The city government is investing 70 percent of its software budget into open source this year, with the aim of swapping Microsoft email and productivity tools for open source equivalents by the spring of next year, the end of the current government’s mandate.
Longer-term goals include supplanting Windows with a Linux distribution such as Ubuntu, which is already being trialled on 1,000 desktops under a city government trial, according to Spanish daily El País.
The initial stage targets Microsoft’s Outlook email client and server software, as well as Internet Explorer and Office, which are to be replaced by OpenXchange, Mozilla Firefox and OpenOffice, according to Francesca Bria, Barcelona council’s commissioner for technology and digital innovation.
‘Public Money, Public Code’
She said Barcelona is the first European city to join the Free Software Foundation’s Public Money, Public Code initiative, which encourages governments to use open source software.
“The funds that come from the citizens have to be invested in systems that can be reused and opened up to a local ecosystem,” Bria said.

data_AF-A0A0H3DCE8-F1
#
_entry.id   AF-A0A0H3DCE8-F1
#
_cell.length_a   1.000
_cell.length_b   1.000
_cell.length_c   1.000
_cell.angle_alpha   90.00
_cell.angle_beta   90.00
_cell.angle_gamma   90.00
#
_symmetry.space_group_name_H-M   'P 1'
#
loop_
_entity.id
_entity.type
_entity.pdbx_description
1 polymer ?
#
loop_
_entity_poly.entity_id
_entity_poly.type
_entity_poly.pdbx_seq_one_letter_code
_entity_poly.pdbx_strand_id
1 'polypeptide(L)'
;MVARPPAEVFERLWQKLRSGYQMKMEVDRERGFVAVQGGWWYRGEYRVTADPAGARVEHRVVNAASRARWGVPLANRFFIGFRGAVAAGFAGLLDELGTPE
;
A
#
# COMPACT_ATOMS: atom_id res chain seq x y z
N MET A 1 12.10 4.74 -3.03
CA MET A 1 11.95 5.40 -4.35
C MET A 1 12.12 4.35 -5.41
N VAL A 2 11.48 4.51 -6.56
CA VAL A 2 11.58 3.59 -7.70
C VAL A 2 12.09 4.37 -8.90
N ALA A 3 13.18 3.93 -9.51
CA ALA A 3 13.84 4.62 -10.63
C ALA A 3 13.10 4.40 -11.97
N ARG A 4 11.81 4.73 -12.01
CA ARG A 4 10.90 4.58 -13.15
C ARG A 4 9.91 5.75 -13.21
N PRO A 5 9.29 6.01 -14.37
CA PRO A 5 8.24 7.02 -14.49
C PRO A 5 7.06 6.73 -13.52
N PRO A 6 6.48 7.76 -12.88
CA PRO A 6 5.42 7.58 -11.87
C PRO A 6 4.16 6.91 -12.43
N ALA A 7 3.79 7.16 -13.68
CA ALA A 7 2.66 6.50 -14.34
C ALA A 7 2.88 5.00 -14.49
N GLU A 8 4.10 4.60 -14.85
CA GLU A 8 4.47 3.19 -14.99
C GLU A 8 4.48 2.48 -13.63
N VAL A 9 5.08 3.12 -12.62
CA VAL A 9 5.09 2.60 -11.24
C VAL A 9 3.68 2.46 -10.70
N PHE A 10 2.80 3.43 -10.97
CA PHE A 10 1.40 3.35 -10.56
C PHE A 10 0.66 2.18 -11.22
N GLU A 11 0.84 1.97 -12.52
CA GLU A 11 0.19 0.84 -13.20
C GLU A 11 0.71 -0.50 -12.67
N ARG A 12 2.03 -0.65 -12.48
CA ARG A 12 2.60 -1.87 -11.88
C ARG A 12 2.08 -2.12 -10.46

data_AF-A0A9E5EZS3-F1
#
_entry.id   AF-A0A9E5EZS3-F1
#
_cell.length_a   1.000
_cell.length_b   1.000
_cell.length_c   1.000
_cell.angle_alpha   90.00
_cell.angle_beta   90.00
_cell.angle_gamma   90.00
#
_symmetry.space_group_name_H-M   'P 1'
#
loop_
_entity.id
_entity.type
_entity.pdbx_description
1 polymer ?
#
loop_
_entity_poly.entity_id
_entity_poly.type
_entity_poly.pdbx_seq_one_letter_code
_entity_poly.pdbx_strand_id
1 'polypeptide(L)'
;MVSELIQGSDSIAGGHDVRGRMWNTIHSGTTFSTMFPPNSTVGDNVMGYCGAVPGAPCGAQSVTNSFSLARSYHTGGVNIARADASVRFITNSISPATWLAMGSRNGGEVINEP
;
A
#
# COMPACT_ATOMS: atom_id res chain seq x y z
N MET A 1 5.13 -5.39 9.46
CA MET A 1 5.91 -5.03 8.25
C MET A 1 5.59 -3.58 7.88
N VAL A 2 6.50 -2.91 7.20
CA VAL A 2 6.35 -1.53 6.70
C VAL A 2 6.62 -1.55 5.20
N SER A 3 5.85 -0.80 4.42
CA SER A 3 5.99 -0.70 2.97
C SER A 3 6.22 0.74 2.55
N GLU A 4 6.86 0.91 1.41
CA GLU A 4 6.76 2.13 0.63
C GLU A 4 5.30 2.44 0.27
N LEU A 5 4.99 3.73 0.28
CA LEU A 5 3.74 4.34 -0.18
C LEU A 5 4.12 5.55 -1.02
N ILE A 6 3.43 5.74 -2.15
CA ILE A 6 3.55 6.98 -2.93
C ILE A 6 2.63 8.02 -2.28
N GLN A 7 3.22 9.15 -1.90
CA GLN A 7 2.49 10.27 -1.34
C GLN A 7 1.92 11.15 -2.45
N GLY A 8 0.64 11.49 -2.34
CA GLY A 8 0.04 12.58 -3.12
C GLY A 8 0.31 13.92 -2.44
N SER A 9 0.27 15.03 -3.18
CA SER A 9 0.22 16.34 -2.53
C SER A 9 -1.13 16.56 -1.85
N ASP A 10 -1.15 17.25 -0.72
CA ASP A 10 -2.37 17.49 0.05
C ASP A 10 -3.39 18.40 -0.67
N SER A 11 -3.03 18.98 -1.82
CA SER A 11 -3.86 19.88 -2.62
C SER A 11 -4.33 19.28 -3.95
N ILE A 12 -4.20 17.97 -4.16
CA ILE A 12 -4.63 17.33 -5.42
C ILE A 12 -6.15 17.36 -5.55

The city’s move is aimed at reducing its licensing costs and its dependence on particular suppliers, which can involve contracts with the same companies going on for decades, Bria said.
She said open source software developed by Barcelona under the programme will be made available for use by other municipalities in Spain and elsewhere, with a city-developed sensor monitoring tool called Sentillo already being used in Dubai and Japan.
To back up its open source drive the city is hiring 65 engineers, with half set to start this month and the other half next January.
Open source projects
The city’s digital development institute is currently working on 20 projects, including a procurement platform aimed at facilitating the participation of smaller businesses in public contracts and tools aimed at centralising the collection and analysis of large repositories of municipal data.
Barcelona’s programme recalls the desktop Linux drive implemented by the Bavarian city of Munich, which saw 15,000 municipal government desktops and laptops migrated to a customised Linux operating system from 2003 to 2013.
The so-called LiMux project lost its political support with changes of government in recent years, however, and in November the city government approved a €49.3 million (£44m) plan to migrate its systems to Windows 10 by 2020.
Other large-scale desktop Linux programmes have been undertaken by France’s gendarmerie, the Chinese government, and the cities of Amsterdam in the Netherlands and Zaragoza in Spain. The cities of Vienna and Solothum in Switzerland launched desktop Linux projects that were later abandoned.